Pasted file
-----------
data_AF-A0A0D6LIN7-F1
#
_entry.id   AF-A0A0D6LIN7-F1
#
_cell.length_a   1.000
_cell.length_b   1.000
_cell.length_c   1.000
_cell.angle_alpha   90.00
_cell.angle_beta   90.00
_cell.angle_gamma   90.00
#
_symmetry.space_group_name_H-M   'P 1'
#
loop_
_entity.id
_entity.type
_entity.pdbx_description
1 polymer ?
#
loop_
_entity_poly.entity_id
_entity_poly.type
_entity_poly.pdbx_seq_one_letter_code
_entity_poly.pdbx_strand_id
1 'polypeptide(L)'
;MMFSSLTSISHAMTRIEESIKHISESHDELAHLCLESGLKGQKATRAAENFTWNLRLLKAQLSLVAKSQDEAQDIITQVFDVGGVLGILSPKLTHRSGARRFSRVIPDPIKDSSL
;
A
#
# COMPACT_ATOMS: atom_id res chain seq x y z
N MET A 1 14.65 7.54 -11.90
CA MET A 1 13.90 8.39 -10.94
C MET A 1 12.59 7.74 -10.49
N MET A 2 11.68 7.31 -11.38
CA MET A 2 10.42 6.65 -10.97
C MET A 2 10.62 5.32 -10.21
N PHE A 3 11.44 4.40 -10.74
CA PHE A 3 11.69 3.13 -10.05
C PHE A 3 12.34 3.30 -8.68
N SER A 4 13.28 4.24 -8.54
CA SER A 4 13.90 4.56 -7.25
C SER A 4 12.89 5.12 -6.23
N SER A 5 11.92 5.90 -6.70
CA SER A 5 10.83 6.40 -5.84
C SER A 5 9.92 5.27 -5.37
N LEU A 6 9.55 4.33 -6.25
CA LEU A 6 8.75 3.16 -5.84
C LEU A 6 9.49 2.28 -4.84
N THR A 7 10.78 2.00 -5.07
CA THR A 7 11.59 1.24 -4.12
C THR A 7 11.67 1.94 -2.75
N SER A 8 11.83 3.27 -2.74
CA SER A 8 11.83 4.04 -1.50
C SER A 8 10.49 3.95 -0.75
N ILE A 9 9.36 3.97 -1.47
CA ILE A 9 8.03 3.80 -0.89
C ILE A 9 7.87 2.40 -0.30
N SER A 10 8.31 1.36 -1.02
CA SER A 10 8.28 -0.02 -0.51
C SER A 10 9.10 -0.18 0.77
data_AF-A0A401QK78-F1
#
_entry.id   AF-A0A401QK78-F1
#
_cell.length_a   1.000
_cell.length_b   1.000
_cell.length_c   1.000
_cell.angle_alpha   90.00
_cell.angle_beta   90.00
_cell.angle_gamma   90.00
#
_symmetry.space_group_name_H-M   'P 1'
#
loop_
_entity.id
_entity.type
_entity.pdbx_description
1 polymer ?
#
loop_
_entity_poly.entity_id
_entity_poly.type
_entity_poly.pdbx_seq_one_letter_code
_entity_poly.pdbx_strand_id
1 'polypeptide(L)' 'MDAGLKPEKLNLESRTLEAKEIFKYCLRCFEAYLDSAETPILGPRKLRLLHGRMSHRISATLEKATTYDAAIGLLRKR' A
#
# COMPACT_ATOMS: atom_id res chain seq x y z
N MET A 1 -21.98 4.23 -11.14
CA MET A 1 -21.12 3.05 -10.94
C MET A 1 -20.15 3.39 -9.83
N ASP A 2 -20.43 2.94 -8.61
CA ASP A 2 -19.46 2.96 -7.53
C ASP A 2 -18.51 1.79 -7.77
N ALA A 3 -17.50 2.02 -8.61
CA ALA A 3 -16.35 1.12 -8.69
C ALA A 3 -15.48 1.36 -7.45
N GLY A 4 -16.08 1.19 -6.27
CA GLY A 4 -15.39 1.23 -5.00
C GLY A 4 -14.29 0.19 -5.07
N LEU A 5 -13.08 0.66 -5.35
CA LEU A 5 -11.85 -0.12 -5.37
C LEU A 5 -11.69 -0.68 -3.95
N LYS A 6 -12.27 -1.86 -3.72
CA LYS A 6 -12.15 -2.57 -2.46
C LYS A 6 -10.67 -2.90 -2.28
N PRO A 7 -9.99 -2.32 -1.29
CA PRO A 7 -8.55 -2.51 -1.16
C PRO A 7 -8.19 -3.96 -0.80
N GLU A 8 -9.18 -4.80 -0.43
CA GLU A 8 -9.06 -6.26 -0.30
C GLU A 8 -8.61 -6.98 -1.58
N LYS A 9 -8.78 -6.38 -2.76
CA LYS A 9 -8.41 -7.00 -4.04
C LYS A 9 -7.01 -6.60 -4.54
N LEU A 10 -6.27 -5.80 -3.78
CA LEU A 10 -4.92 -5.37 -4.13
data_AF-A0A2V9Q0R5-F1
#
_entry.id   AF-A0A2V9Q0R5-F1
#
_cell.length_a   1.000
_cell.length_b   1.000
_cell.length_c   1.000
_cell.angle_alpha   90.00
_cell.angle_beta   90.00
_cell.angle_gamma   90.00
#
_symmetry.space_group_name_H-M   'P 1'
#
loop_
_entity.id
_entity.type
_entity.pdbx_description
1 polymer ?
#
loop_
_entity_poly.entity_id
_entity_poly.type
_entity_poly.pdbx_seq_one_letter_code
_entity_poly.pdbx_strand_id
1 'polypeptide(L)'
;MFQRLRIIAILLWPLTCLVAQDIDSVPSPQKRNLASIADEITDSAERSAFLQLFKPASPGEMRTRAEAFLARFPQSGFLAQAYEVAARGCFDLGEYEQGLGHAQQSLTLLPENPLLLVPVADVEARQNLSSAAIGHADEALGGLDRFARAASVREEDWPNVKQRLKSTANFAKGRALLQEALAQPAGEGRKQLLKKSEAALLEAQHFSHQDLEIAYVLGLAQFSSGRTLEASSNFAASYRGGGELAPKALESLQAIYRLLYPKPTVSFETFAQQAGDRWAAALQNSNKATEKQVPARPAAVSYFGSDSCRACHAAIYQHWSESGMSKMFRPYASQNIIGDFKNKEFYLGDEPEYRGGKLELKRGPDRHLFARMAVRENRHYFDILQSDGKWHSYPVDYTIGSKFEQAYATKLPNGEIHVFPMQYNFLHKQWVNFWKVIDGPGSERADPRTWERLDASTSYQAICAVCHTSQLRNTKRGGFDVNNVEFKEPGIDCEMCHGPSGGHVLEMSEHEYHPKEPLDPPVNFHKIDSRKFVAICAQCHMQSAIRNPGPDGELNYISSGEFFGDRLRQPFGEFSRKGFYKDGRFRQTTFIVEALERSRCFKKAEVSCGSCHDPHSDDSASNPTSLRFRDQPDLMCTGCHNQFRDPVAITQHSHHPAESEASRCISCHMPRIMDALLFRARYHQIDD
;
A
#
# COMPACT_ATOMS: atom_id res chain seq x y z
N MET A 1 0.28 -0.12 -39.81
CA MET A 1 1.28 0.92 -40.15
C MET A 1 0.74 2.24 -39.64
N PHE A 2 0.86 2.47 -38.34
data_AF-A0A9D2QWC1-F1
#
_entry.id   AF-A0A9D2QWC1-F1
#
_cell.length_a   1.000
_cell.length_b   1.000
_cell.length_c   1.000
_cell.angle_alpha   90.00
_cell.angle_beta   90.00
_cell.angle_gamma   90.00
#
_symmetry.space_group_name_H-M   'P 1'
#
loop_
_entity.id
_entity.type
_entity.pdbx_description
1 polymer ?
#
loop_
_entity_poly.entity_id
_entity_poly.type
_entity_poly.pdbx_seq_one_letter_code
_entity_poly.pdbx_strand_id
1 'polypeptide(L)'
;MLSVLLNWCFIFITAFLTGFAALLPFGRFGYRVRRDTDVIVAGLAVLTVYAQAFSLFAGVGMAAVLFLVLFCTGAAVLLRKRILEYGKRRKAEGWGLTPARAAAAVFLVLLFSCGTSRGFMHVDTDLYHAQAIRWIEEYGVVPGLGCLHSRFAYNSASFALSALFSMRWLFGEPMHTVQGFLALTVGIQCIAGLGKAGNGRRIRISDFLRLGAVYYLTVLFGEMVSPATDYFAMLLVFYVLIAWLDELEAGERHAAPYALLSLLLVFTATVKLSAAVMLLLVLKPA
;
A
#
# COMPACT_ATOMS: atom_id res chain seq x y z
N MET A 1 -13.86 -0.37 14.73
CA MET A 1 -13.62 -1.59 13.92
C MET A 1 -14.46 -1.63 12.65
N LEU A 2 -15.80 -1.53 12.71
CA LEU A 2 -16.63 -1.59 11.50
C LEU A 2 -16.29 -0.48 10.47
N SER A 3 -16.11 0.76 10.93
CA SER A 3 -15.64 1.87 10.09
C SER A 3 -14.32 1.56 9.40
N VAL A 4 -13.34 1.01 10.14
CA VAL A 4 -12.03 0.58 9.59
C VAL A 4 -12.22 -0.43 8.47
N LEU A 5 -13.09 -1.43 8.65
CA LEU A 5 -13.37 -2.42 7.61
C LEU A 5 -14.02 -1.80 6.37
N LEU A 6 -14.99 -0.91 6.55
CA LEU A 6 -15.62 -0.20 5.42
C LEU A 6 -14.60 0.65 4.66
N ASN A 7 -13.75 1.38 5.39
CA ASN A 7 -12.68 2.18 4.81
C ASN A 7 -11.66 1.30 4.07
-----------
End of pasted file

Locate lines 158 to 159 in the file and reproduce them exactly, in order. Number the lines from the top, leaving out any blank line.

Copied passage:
_cell.angle_alpha   90.00
_cell.angle_beta   90.00